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Today I noticed that the water in my fish tank (res) is electrically charged! I unplugged everything and inspected the submersible heater no visible problems/cracks. I did the same with the pumps and I tested them individually in another reservior- there were no indications of a tingle/shock when tested individuallly.

I reconnected all the components  and hooked them back up to the timers and there is still a tingling slight shock. I do have a few niks/cuts that sting alittle on my fingers.  I know the feeling of being shocked - I definitley was feeling a slight shock! It is much less pronounced- but it seems it is still charged- I presumed it is a short- or a wire is exposed - or something internal with something but found nothing. I am going to re check it all again...

Is there any tips on how to discern if there is an electrical charge in the water other than relying on finger sensation-

I want to make sure there is no risks to the fish.

Has anyone else experienced this?

 

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OK- Darn-it! Yes, I can feel the slight tingle/shock while I'm barefoot. I just now sat in a chair with my feet off the ground- I dipped a finger - and I didn't feel a thing- I kept my finger in the water & then I put my feet on the ground and I definitley felt it.

I don't know what to do- It is very slight- I dunno what to do!

Would a voltage meter work to measure the current in the water?

Grow what difference does the amount of amp running through your system do for you. Pull your heater and do your finger check. then do the same with your pump. Replace which ever is faulty. Quit playing with fire. Any current will kill organisms and fish period. Unless you like fuzzy hair of course.
Yes I agree.  do one item at a time elimination testing and when you find the faulty item, replace it.  If problem comes back, you might want to call an electrician to make sure you don't have electricity getting into a metal wall stud or something.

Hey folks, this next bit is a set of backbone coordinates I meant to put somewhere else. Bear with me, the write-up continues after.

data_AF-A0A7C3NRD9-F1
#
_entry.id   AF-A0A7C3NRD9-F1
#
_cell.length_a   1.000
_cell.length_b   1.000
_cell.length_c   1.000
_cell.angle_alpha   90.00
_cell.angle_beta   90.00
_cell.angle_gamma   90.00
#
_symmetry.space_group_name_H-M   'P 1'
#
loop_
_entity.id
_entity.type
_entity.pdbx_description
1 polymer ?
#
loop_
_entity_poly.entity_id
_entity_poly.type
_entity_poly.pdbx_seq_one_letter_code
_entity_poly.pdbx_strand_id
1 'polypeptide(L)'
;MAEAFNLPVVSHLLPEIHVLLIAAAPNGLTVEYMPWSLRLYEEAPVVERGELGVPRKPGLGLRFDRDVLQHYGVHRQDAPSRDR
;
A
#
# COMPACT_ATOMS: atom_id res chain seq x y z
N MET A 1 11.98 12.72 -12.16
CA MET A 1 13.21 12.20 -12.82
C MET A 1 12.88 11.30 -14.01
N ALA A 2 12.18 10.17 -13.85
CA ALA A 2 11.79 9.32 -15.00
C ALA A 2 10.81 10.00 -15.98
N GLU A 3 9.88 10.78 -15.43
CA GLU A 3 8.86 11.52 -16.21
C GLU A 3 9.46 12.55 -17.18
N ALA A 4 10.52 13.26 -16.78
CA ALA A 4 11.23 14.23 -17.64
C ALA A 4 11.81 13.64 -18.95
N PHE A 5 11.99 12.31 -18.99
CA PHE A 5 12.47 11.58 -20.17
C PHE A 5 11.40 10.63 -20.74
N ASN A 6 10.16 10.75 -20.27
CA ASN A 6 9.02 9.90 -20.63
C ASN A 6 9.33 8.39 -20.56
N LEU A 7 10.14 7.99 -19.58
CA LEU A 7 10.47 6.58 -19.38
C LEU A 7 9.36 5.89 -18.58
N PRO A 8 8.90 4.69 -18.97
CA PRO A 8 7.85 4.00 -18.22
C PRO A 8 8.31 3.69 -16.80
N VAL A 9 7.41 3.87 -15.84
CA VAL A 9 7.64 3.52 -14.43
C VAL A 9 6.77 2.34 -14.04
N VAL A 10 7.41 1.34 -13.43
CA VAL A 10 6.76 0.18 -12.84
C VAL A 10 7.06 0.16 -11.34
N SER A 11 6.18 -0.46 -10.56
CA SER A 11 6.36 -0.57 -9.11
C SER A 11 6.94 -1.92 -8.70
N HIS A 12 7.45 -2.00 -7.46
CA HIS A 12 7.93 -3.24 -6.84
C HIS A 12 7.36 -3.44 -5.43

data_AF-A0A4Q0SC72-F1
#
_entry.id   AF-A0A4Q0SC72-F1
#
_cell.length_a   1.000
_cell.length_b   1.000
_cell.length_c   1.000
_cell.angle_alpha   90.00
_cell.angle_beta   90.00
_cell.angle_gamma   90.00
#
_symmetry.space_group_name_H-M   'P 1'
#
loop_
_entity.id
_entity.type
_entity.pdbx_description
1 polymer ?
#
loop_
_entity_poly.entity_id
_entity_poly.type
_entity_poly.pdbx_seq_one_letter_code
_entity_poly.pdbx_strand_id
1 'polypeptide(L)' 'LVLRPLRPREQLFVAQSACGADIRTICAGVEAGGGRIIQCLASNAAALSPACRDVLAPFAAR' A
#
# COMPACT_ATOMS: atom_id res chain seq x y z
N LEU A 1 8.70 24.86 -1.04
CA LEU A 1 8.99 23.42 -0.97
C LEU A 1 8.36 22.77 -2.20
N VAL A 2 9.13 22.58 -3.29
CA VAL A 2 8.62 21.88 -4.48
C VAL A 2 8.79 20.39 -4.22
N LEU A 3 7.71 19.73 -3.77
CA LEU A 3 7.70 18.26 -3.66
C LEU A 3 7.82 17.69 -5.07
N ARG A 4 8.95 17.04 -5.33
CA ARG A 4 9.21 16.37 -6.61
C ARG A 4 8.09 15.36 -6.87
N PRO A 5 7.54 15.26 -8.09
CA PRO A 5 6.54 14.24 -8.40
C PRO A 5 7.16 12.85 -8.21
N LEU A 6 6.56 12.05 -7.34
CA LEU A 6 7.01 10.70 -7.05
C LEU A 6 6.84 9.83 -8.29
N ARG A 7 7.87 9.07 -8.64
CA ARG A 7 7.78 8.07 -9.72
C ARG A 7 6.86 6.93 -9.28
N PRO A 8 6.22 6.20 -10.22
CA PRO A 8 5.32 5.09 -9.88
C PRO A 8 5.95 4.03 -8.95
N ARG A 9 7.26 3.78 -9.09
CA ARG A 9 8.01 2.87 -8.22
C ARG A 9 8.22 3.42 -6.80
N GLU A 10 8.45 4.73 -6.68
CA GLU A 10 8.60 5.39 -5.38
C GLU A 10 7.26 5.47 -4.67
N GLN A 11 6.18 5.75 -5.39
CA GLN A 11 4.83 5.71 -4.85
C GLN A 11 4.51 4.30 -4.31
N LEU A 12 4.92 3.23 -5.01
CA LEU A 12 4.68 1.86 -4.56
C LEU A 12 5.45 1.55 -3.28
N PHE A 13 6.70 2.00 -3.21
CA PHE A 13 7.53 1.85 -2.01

Every outlet that supplies power to things should have a GFCI. If you can't get a GFCI at least get a pig tail like this:

Also you can use the GFCI as a trouble shooting tool. Plug in each device until the offending device trips.

Thanks Chi Ma- I will try that for sure!

I finally figured out what the electrical current was - my flourescent light was the cause- removed it & whalla - no shock-

Thank you everyone for the advice, Now I don't have to worry about that dangerous situation.

how was the electric light contacting the water?

Well, glad you got the problem sorted out in any case.

Thanks Chi Ma - I sure can use one of them!

Chi Ma said:

Every outlet that supplies power to things should have a GFCI. If you can't get a GFCI at least get a pig tail like this:

Also you can use the GFCI as a trouble shooting tool. Plug in each device until the offending device trips.

Yep no light needed down there anyway, you don't want to grow that much algae, save the electricity to use for lighting up the plants.
I know, but in the evenings when I feed the fish with my son, it was nice to be able to see the fish eating & swimming around. Thanks TL-

TCLynx said:
Yep no light needed down there anyway, you don't want to grow that much algae, save the electricity to use for lighting up the plants.
Ah, just set up a clamp lamp or something in a safe location.  then when you turn on the light the fish may learn to associate that with feeding time and you can train them

Definately don't use your fingure to test for a short, A meter will tell you if you got a short. If you are indoors take 1 wire and run to a copper pipe or your house ground wire, hook the meter to it and then the other wire from the meter dangle it in the water. It'll tell you exactly how many volts is in the water

If your outdoors pound a piece of metal into the ground and run a wire from it, 1 wire from the meter to the new ground you just made and the other wire from the meter into the water.If you have a short it'll read it.

 

First make sure your meter is set to the V on ac setting if your using AC (alternating current which is your house voltage for your light), If your using DC set the meter V dc which is direct current and what is used by batteries and solar systems.

Hope that helps, but please don't use your finger always use a meter.

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